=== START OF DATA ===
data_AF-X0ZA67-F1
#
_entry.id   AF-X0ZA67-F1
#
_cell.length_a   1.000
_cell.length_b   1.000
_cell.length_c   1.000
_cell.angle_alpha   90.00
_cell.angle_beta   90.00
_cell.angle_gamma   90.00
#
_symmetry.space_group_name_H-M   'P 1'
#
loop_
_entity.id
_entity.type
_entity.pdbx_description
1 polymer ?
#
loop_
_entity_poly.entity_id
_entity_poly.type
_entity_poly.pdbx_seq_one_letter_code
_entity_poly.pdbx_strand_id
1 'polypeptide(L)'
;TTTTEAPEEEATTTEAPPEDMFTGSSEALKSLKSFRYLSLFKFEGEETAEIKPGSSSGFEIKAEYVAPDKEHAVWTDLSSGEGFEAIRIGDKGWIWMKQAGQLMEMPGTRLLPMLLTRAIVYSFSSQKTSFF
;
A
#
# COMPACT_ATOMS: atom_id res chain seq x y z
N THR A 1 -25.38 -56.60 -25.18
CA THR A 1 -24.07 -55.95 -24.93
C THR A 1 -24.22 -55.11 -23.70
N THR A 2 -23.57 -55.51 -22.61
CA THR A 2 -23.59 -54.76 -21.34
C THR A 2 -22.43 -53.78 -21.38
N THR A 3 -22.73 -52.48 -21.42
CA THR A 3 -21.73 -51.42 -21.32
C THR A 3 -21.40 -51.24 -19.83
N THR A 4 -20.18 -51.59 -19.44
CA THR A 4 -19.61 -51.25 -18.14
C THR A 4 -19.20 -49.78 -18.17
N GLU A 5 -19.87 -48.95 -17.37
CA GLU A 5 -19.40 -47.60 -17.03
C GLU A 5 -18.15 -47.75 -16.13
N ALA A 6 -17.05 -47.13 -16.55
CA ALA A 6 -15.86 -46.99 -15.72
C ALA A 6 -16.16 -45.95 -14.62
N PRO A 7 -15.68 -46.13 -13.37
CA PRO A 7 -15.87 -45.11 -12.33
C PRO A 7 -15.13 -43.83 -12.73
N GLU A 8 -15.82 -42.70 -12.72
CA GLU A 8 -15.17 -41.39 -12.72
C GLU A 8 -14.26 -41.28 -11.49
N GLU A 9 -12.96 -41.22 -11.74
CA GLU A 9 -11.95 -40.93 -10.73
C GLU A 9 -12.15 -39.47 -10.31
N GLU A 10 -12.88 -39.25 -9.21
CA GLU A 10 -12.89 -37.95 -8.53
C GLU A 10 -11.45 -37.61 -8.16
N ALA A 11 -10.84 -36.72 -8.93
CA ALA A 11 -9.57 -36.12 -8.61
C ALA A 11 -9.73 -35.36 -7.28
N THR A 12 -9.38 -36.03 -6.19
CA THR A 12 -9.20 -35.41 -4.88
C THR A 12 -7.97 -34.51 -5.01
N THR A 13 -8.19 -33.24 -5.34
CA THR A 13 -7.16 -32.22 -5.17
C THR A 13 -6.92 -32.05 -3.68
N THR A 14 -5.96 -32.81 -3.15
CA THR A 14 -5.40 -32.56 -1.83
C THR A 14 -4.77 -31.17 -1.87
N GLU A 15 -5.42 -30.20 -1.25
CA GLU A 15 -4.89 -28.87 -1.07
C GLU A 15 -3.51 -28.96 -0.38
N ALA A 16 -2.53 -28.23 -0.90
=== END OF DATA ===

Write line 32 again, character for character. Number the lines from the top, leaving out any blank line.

CA THR A 1 -24.07 -55.95 -24.93